With Two COVID-19 Vaccines in Pipeline, Who Will Be First in Line To Receive? | Beaufort County Now | Fauci says vaccine could be ready “by the end of December or the beginning of January.” | daily wire, coronavirus, covid-19, vaccines, pipeline, first in line, november 17, 2020

Coronavirus Disease 2019 (COVID-19)

With Two COVID-19 Vaccines in Pipeline, Who Will Be First in Line To Receive?

Publisher's Note: This post appears here courtesy of the The Daily Wire. The author of this post is Joseph Curl.

    There are now two promising COVID-19 vaccines in development, and the top U.S. infectious diseases expert says one or the other could be available soon.

    Dr. Anthony Fauci, an immunologist and director of the National Institute of Allergy and Infectious Diseases, said Monday that the first vaccine doses would likely be deployed to individuals deemed most in need "by the end of December or the beginning of January."

    But there are nearly 330 million Americans, so that prompts the question: Who will be first in line to receive the vaccine?

    "No decision has been made, but the consensus among many experts in the U.S. and globally is that health care workers should be first, said Sema Sgaier of the Surgo Foundation, a nonprofit group working on vaccine allocation issues," The Associated Press reported.

    "An expert panel advising the U.S. Centers for Disease Control and Prevention [CDC] is also considering giving high priority to workers in essential industries, people with certain medical conditions, and people age 65 and older," said the AP.

    The two vaccines still have to go through final testing and get approval by the Food and Drug Administration (FDA), at which time the CDC panel study clinical trial data to see side effects on people of various ages, ethnicities and health. After that, the CDC will decide who gets priority for the vaccine and state health services are expected to follow the CDC's guidance.

    A new Moderna vaccine that was developed in conjunction with the Trump administration's Operation Warp Speed is nearly 95% effective, according to the company.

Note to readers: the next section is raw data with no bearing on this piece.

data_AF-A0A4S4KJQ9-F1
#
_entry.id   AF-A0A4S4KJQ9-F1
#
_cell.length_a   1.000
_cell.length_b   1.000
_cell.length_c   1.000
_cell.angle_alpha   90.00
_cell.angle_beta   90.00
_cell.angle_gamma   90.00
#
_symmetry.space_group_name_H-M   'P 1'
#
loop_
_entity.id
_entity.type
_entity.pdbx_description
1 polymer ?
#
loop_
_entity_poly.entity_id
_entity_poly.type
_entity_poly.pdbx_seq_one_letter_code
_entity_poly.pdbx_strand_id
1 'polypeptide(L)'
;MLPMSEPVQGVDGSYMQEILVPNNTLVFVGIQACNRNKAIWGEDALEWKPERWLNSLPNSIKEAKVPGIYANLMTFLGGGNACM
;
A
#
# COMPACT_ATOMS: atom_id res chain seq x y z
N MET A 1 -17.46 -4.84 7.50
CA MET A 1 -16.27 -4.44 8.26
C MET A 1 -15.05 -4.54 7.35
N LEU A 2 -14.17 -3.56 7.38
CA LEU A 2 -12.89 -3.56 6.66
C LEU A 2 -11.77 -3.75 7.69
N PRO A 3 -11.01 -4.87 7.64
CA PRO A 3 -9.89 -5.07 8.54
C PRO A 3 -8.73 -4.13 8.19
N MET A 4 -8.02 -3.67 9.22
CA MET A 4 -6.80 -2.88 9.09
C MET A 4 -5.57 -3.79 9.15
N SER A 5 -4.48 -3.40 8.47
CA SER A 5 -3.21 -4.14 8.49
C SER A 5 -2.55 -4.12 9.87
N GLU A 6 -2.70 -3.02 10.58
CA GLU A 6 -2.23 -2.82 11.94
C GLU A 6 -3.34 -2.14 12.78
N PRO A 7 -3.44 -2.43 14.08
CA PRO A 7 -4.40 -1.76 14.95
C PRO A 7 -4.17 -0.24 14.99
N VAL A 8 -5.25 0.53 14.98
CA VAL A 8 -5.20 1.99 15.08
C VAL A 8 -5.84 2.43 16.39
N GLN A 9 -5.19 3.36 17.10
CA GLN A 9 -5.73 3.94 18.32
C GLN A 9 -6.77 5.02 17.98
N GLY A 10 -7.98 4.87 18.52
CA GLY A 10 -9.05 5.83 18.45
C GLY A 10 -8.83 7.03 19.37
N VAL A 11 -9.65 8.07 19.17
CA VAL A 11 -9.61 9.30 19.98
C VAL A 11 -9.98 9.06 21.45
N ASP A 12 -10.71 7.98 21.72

"The analysis evaluated 95 confirmed Covid-19 infections among the trial's 30,000 participants," CNBC reported on Monday. "Moderna, which developed its vaccine in collaboration with the National Institute of Allergy and Infectious Diseases, said 90 cases of Covid-19 were observed in the placebo group versus 5 cases observed in the group that received its two-dose vaccine. That resulted in an estimated vaccine efficacy of 94.5%."

    Moderna CEO Stephane Bancel said 20 million doses will be available by the end of the year, Fox News reported.

    The pharmaceutical company Pfizer said on Nov. 9 that its developmental vaccine for COVID-19 may be 90% effective at inoculating people against the disease.

    The rate of effectiveness was calculated by analyzing early data from 94 trial participants in a study involving 43,538 subjects from all over the world. The small early sample means that the protection rate could change by the time the study ends and all the participants are accounted for, according to the AP.

    A key advantage of Moderna's vaccine is that it does not need sub-zero storage like Pfizer's, which will make it easier to distribute.

    "Overall, if both the Moderna and Pfizer vaccines are approved by the FDA, the U.S. could have as many as 60 million doses of vaccine available by the end of the year," Fox reported. "[T]he government could have access to more than 1 billion doses from the two vaccine makers alone by 2021."


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